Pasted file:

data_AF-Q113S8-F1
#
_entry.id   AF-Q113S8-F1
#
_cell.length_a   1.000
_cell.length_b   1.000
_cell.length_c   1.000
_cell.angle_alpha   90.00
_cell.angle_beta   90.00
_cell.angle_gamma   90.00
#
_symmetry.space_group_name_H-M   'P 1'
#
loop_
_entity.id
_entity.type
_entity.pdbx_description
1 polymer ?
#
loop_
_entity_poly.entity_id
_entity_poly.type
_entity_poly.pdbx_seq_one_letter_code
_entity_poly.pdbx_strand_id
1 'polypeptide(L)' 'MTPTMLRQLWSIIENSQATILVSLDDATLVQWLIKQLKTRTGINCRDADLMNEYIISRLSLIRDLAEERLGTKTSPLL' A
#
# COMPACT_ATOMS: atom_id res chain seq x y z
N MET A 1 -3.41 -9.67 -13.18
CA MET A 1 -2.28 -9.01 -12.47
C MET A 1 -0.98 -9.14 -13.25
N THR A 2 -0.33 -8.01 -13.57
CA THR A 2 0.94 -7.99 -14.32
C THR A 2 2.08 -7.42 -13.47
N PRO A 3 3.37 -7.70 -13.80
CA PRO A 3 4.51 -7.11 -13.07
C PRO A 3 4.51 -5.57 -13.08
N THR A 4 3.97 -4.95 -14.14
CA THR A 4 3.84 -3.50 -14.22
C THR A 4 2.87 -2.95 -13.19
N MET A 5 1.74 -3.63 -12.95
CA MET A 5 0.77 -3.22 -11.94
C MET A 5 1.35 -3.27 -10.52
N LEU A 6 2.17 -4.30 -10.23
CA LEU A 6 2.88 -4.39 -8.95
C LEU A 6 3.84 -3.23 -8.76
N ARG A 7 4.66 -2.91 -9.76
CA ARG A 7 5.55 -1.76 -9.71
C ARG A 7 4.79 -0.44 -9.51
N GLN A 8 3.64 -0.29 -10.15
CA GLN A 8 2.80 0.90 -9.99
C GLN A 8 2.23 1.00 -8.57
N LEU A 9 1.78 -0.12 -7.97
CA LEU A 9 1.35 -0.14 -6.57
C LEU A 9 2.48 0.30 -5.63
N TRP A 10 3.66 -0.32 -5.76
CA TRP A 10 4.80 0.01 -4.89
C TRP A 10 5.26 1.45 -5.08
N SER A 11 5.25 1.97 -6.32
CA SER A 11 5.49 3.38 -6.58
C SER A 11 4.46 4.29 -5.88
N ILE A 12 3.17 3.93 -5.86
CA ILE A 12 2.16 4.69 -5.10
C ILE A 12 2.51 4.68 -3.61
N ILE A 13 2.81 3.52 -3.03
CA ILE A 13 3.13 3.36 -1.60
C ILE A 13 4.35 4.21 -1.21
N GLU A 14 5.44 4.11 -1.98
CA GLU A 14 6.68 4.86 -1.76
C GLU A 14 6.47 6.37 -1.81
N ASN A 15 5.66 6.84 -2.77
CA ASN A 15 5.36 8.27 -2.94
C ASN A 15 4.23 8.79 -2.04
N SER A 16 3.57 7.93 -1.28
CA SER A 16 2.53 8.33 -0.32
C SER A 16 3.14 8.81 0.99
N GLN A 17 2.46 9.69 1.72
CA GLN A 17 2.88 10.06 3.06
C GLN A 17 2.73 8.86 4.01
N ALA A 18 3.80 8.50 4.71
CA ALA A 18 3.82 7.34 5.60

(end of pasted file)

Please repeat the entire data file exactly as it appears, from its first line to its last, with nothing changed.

data_AF-Q113S8-F1
#
_entry.id   AF-Q113S8-F1
#
_cell.length_a   1.000
_cell.length_b   1.000
_cell.length_c   1.000
_cell.angle_alpha   90.00
_cell.angle_beta   90.00
_cell.angle_gamma   90.00
#
_symmetry.space_group_name_H-M   'P 1'
#
loop_
_entity.id
_entity.type
_entity.pdbx_description
1 polymer ?
#
loop_
_entity_poly.entity_id
_entity_poly.type
_entity_poly.pdbx_seq_one_letter_code
_entity_poly.pdbx_strand_id
1 'polypeptide(L)' 'MTPTMLRQLWSIIENSQATILVSLDDATLVQWLIKQLKTRTGINCRDADLMNEYIISRLSLIRDLAEERLGTKTSPLL' A
#
# COMPACT_ATOMS: atom_id res chain seq x y z
N MET A 1 -3.41 -9.67 -13.18
CA MET A 1 -2.28 -9.01 -12.47
C MET A 1 -0.98 -9.14 -13.25
N THR A 2 -0.33 -8.01 -13.57
CA THR A 2 0.94 -7.99 -14.32
C THR A 2 2.08 -7.42 -13.47
N PRO A 3 3.37 -7.70 -13.80
CA PRO A 3 4.51 -7.11 -13.07
C PRO A 3 4.51 -5.57 -13.08
N THR A 4 3.97 -4.95 -14.14
CA THR A 4 3.84 -3.50 -14.22
C THR A 4 2.87 -2.95 -13.19
N MET A 5 1.74 -3.63 -12.95
CA MET A 5 0.77 -3.22 -11.94
C MET A 5 1.35 -3.27 -10.52
N LEU A 6 2.17 -4.30 -10.23
CA LEU A 6 2.88 -4.39 -8.95
C LEU A 6 3.84 -3.23 -8.76
N ARG A 7 4.66 -2.91 -9.76
CA ARG A 7 5.55 -1.76 -9.71
C ARG A 7 4.79 -0.44 -9.51
N GLN A 8 3.64 -0.29 -10.15
CA GLN A 8 2.80 0.90 -9.99
C GLN A 8 2.23 1.00 -8.57
N LEU A 9 1.78 -0.12 -7.97
CA LEU A 9 1.35 -0.14 -6.57
C LEU A 9 2.48 0.30 -5.63
N TRP A 10 3.66 -0.32 -5.76
CA TRP A 10 4.80 0.01 -4.89
C TRP A 10 5.26 1.45 -5.08
N SER A 11 5.25 1.97 -6.32
CA SER A 11 5.49 3.38 -6.58
C SER A 11 4.46 4.29 -5.88
N ILE A 12 3.17 3.93 -5.86
CA ILE A 12 2.16 4.69 -5.10
C ILE A 12 2.51 4.68 -3.61
N ILE A 13 2.81 3.52 -3.03
CA ILE A 13 3.13 3.36 -1.60
C ILE A 13 4.35 4.21 -1.21
N GLU A 14 5.44 4.11 -1.98
CA GLU A 14 6.68 4.86 -1.76
C GLU A 14 6.47 6.37 -1.81
N ASN A 15 5.66 6.84 -2.77
CA ASN A 15 5.36 8.27 -2.94
C ASN A 15 4.23 8.79 -2.04
N SER A 16 3.57 7.93 -1.28
CA SER A 16 2.53 8.33 -0.32
C SER A 16 3.14 8.81 0.99
N GLN A 17 2.46 9.69 1.72
CA GLN A 17 2.88 10.06 3.06
C GLN A 17 2.73 8.86 4.01
N ALA A 18 3.80 8.50 4.71
CA ALA A 18 3.82 7.34 5.60